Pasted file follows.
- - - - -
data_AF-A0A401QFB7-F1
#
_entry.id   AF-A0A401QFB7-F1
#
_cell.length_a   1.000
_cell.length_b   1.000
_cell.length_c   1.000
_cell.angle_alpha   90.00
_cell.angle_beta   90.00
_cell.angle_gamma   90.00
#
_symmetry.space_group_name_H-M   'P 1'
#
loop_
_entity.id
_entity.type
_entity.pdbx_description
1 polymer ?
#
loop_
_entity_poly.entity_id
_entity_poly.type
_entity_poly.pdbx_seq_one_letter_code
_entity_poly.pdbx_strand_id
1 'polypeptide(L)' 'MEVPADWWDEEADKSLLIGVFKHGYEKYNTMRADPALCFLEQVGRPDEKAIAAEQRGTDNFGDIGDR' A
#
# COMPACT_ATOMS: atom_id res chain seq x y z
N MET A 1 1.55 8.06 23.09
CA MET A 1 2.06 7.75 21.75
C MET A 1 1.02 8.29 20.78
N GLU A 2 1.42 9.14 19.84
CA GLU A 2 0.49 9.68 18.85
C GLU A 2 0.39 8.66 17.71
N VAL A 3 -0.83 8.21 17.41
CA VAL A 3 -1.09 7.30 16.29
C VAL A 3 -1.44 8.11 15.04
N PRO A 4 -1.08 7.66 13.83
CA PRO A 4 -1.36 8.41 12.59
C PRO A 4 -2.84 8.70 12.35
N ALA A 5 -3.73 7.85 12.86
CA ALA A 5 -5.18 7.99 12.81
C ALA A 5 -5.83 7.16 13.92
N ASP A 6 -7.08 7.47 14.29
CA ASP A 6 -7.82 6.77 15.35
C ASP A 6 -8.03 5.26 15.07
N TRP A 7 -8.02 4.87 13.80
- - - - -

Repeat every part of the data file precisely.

data_AF-A0A401QFB7-F1
#
_entry.id   AF-A0A401QFB7-F1
#
_cell.length_a   1.000
_cell.length_b   1.000
_cell.length_c   1.000
_cell.angle_alpha   90.00
_cell.angle_beta   90.00
_cell.angle_gamma   90.00
#
_symmetry.space_group_name_H-M   'P 1'
#
loop_
_entity.id
_entity.type
_entity.pdbx_description
1 polymer ?
#
loop_
_entity_poly.entity_id
_entity_poly.type
_entity_poly.pdbx_seq_one_letter_code
_entity_poly.pdbx_strand_id
1 'polypeptide(L)' 'MEVPADWWDEEADKSLLIGVFKHGYEKYNTMRADPALCFLEQVGRPDEKAIAAEQRGTDNFGDIGDR' A
#
# COMPACT_ATOMS: atom_id res chain seq x y z
N MET A 1 1.55 8.06 23.09
CA MET A 1 2.06 7.75 21.75
C MET A 1 1.02 8.29 20.78
N GLU A 2 1.42 9.14 19.84
CA GLU A 2 0.49 9.68 18.85
C GLU A 2 0.39 8.66 17.71
N VAL A 3 -0.83 8.21 17.41
CA VAL A 3 -1.09 7.30 16.29
C VAL A 3 -1.44 8.11 15.04
N PRO A 4 -1.08 7.66 13.83
CA PRO A 4 -1.36 8.41 12.59
C PRO A 4 -2.84 8.70 12.35
N ALA A 5 -3.73 7.85 12.86
CA ALA A 5 -5.18 7.99 12.81
C ALA A 5 -5.83 7.16 13.92
N ASP A 6 -7.08 7.47 14.29
CA ASP A 6 -7.82 6.77 15.35
C ASP A 6 -8.03 5.26 15.07
N TRP A 7 -8.02 4.87 13.80